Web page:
The Midland Hotel - Morecambe

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The Midland Hotel 1939 - 1945

Nurses on the stairwell

Military Hospital War Personnel

"The Midland Hotel in the Centre of the Promenade was a hospital for all ranks and was used for all Service personnel, even for people coming to see specialists from outlying units of the R.A.F."

Dad's Army at the Midland Hotel

With all the interest in the newly released film of Dad's Army in February 2016, it seems only fair to showcase the fact that the local Home Guard also went through their paces using the Midland Hotel as a 'backdrop'.

Dad's Army original

The original sentiment as portrayed in the much-loved television series of 'Dad's Army' image courtesy and © of the BBC

Home Army and Browning GunHome Army and Browning Gun

Rare images of the Home Guard going through their paces with the Browning Gun with the unmistakeable backdrop of the Midland Hotel looking out to sea.

Home Army and Browning GunHome Guard parading

Residents of Morecambe of all ages looking on admiringly as the Home Guard present the Browning Gun and then parade at the front of the hotel. Images originally seen on Bay on-line and LancasterUK on-line (links no longer available) - now available on the King's Own Regiment (Lancaster) website

Poster of the 2016 Dad's Army film

The new 'Dad's Army' film poster courtesy and © of The Radio Times

Memories of a W.A.A.F.

During the Second World War I was stationed at Morecambe in Lancashire as a W.A.A.F.

Approximately 300 girls a day were posted to Morecambe and all were billeted in civilian houses of the town for two weeks. We had lectures, inoculations, FFI's and learned to march on the promenade. It was a seaside town. The bay onto the Lake District was comprised of an area called Bare at one end, Central Pier and the Clock Tower, then Heysham End where the Army units were stationed.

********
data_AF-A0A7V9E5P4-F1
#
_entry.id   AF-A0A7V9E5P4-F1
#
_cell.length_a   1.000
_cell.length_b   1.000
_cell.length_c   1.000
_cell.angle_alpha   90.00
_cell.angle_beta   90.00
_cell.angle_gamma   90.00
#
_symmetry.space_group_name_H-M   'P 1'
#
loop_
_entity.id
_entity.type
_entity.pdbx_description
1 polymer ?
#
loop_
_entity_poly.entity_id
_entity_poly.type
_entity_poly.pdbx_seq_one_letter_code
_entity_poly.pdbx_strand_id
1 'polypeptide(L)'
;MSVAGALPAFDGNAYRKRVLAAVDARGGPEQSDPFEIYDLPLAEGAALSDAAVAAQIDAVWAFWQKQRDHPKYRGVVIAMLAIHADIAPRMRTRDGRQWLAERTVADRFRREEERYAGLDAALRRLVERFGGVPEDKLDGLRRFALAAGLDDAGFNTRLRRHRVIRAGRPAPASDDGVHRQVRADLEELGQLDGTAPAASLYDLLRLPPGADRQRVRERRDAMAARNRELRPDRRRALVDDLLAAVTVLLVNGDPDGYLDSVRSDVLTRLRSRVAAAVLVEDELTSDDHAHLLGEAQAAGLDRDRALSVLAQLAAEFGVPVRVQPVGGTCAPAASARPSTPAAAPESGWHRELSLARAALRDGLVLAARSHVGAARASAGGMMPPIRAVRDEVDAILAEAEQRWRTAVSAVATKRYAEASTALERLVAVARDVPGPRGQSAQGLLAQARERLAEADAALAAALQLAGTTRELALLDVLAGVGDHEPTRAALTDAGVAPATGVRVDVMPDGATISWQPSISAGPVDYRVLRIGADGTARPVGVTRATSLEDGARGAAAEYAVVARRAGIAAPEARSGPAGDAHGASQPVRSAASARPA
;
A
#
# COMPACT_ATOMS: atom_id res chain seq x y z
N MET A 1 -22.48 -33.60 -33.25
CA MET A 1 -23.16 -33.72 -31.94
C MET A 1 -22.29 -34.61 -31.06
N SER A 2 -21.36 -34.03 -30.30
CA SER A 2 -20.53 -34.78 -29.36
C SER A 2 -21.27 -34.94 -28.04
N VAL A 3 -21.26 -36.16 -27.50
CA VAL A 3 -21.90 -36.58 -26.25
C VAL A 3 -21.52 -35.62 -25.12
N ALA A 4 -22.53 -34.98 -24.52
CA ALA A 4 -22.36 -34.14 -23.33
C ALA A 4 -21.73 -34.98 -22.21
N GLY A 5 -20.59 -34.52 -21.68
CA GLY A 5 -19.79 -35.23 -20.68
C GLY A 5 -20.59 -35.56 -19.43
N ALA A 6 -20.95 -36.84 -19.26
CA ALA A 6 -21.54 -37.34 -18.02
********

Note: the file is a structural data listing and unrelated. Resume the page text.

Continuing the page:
The Battery Hotel at the end was for Officers only. The Midland Hotel in the Centre of the Promenade was a hospital for all ranks and was used for all Service personnel, even for people coming to see specialists from outlying units of the R.A.F. The Bare promenade and sands were not used because of quicksand. The road leading to the Clock Tower was used for Medical Staff billets and was known as Bed Pan Alley.

Right along the road facing the promenade were lots of hotels and large shops such as Burton's and the Winter Gardens where we danced and saw Stage Shows. A number of Officers lived in the Central Hotels. One Burton's was a Medical room where men were checked for overseas fitness. Another was used as a NAAFI and we took our W.A.A.F. underwear to be changed for new if necessary, we would walk back with our corsets in our hand.

One of the W.A.A.F. Officers was very artistic, she painted the brick pillars in the NAAFI with Airforce flying scenes whilst we were having a lecture. All Chapels in the town were used as M I {medical inspection} rooms, mostly for treating blistered feet.